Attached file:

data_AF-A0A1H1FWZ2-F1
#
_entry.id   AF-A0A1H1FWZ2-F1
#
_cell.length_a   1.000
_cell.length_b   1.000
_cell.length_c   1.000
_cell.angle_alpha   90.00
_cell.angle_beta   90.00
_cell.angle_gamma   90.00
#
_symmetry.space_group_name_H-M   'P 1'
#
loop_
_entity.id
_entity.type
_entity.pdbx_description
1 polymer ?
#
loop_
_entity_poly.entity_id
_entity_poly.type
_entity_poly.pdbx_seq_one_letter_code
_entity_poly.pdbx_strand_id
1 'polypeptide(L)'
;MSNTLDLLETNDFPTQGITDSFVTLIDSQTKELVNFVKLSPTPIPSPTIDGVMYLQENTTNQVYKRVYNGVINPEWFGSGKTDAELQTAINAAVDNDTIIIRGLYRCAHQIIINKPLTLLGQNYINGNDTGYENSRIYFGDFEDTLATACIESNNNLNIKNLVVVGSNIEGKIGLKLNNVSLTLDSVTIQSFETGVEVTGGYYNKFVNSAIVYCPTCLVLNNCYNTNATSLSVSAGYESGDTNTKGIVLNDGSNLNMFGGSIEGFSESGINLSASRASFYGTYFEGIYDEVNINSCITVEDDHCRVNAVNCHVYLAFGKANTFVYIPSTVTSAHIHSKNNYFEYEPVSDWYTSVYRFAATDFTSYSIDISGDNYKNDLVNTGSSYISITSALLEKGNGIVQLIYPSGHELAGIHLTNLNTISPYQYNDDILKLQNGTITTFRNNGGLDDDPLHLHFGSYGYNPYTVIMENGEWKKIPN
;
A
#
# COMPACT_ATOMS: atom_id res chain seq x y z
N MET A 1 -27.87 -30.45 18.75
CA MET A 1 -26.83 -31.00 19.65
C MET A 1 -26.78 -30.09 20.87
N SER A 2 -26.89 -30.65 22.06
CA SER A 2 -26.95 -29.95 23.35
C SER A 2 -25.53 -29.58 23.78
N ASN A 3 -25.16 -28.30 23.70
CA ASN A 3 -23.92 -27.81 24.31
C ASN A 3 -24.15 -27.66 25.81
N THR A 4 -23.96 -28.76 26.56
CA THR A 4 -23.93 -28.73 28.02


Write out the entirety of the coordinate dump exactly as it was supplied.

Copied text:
data_AF-A0A1H1FWZ2-F1
#
_entry.id   AF-A0A1H1FWZ2-F1
#
_cell.length_a   1.000
_cell.length_b   1.000
_cell.length_c   1.000
_cell.angle_alpha   90.00
_cell.angle_beta   90.00
_cell.angle_gamma   90.00
#
_symmetry.space_group_name_H-M   'P 1'
#
loop_
_entity.id
_entity.type
_entity.pdbx_description
1 polymer ?
#
loop_
_entity_poly.entity_id
_entity_poly.type
_entity_poly.pdbx_seq_one_letter_code
_entity_poly.pdbx_strand_id
1 'polypeptide(L)'
;MSNTLDLLETNDFPTQGITDSFVTLIDSQTKELVNFVKLSPTPIPSPTIDGVMYLQENTTNQVYKRVYNGVINPEWFGSGKTDAELQTAINAAVDNDTIIIRGLYRCAHQIIINKPLTLLGQNYINGNDTGYENSRIYFGDFEDTLATACIESNNNLNIKNLVVVGSNIEGKIGLKLNNVSLTLDSVTIQSFETGVEVTGGYYNKFVNSAIVYCPTCLVLNNCYNTNATSLSVSAGYESGDTNTKGIVLNDGSNLNMFGGSIEGFSESGINLSASRASFYGTYFEGIYDEVNINSCITVEDDHCRVNAVNCHVYLAFGKANTFVYIPSTVTSAHIHSKNNYFEYEPVSDWYTSVYRFAATDFTSYSIDISGDNYKNDLVNTGSSYISITSALLEKGNGIVQLIYPSGHELAGIHLTNLNTISPYQYNDDILKLQNGTITTFRNNGGLDDDPLHLHFGSYGYNPYTVIMENGEWKKIPN
;
A
#
# COMPACT_ATOMS: atom_id res chain seq x y z
N MET A 1 -27.87 -30.45 18.75
CA MET A 1 -26.83 -31.00 19.65
C MET A 1 -26.78 -30.09 20.87
N SER A 2 -26.89 -30.65 22.06
CA SER A 2 -26.95 -29.95 23.35
C SER A 2 -25.53 -29.58 23.78
N ASN A 3 -25.16 -28.30 23.70
CA ASN A 3 -23.92 -27.81 24.31
C ASN A 3 -24.15 -27.66 25.81
N THR A 4 -23.96 -28.76 26.56
CA THR A 4 -23.93 -28.73 28.02